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PVC Beadboard in a shower

ortonryan's picture

I have a customer that wants a beadboard shower surround. I am wondering if there is any reason not to use PVC beadbord (i.e. Kleer or Azek) for this application. Would it still have to be painted?

(post #84314, reply #1 of 7)

Does he understand that the grooves will collect crud?


Corporation: n. An ingenious device for obtaining individual profit without individual responsibility. --Ambrose Bierce


Of all the preposterous assumptions of humanity over humanity, nothing exceeds most of the criticisms made on the habits of the poor by the well-housed, well-warmed, and well-fed.  --Herman Melville

(post #84314, reply #4 of 7)

the grooves can't be any worse than an old 4x4 tile job with all those grout lines.


and I'd much rather clean a sheet of pvc beadboard than all the slate I've ever installed in a shower.


I wouldn't paint it though ... either scrubbale / pressure washable pvc or nothing.


Jeff


    Buck Construction


 Artistry In Carpentry


     Pittsburgh Pa

    Buck Construction

 Artistry In Carpentry

     Pittsburgh Pa

(post #84314, reply #5 of 7)

Well, "nothing" could be a little drafty.


Corporation: n. An ingenious device for obtaining individual profit without individual responsibility. --Ambrose Bierce


Of all the preposterous assumptions of humanity over humanity, nothing exceeds most of the criticisms made on the habits of the poor by the well-housed, well-warmed, and well-fed.  --Herman Melville

(post #84314, reply #2 of 7)

I don't see why that wouldn't work. And the painting is entirely optional. That's one of the pluses for the PVC trims.


I believe I've seen PVC beadboard in 4' x 8' sheets, as well as 1" x 6" T&G. The sheets might be a better choice for a shower.


But I do agree that the grooves would tend to collect grime and crud.

(post #84314, reply #3 of 7)

Is this to be wainscotting above tile? Or full-length beadboard right down to the shower pan?


I don't think a full-length beadboard shower is a good idea at all, no matter what you use.


You can use oiled red cedar as wainscotting; I wouldn't bring it any lower than 48"-52", tho. Soap scum accumulates much worse on the lower half of a shower and is a [CUTE LITTLE PUPPY] to get off anything except tile, acrylic, or FG.


And don't forget to oil the cedar; teak oil is best. If you don't oil it, anyone who takes a shower in there is gonna gas himself half to death when the hot water hits the wood. (There's a reason moths stay outta cedar chests.)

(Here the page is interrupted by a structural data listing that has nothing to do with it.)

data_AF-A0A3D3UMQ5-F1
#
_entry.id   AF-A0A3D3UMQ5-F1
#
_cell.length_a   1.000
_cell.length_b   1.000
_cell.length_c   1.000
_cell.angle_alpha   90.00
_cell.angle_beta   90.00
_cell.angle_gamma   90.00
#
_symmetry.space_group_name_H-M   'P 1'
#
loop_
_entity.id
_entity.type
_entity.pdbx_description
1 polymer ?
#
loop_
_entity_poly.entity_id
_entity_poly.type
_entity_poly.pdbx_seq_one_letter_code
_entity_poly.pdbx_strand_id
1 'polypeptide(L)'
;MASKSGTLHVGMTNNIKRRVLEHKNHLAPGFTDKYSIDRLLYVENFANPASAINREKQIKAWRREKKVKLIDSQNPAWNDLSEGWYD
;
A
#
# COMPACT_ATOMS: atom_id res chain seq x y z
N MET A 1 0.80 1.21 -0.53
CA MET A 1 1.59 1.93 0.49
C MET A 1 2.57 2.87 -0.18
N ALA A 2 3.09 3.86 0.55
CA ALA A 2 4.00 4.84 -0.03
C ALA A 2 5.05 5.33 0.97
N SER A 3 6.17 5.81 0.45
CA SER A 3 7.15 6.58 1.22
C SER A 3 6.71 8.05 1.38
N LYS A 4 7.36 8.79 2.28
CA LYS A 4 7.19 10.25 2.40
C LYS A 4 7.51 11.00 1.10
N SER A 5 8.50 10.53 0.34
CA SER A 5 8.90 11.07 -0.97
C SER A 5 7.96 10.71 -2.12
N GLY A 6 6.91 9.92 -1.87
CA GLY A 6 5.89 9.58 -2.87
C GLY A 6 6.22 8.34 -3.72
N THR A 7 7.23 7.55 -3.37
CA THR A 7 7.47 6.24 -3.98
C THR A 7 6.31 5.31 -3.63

Dinosaur


How now, Mighty Sauron, that thou art not brought
low by this? For thine evil pales before that which
foolish men call Justice....


Dinosaur

How now, Mighty Sauron, that thou art not brought
low by this? For thine evil pales before that which
foolish men call Justice....

(post #84314, reply #6 of 7)

I did an outdoor shower with cellular PVC beadboard (I think the brand was Permatrim) nine years ago.  Because it's outside and gets plenty of ventilation it took about seven years for the grooves to collect enough black crud that it became objectionable.  I took the boards down, scrubbed them individually, and painted them with SW Duration gloss white exterior paint.  It took an afternoon to do, so hopefully I'm good for another seven years but . . . indoors may be a different story.  I,d do another one like it in a heartbeat.


Maybe next time I'll leave the boards up and try a pressure washer.

(post #84314, reply #7 of 7)

Just priced out some PVC beadboard sheet goods-1/2x4x8 and x10-129.00 and 160.00 respectively.


44 lbs and 56 lbs each.


Azek PVC used by this company to produce the sheets.  They sell to dealers and lumberyards only.


Millwork Unlimited - a division of PPW
455 Sullivan Avenue
South Windsor, CT 06074

Website: http://www.parksite.com


A Great Place for Information, Comraderie, and a Sucker Punch.


Remodeling Contractor just outside the Glass City.



http://www.quittintime.com/


 

A Great Place for Information, Comraderie, and a Sucker Punch.

Remodeling Contractor just outside the Glass City.


http://www.quittintime.com/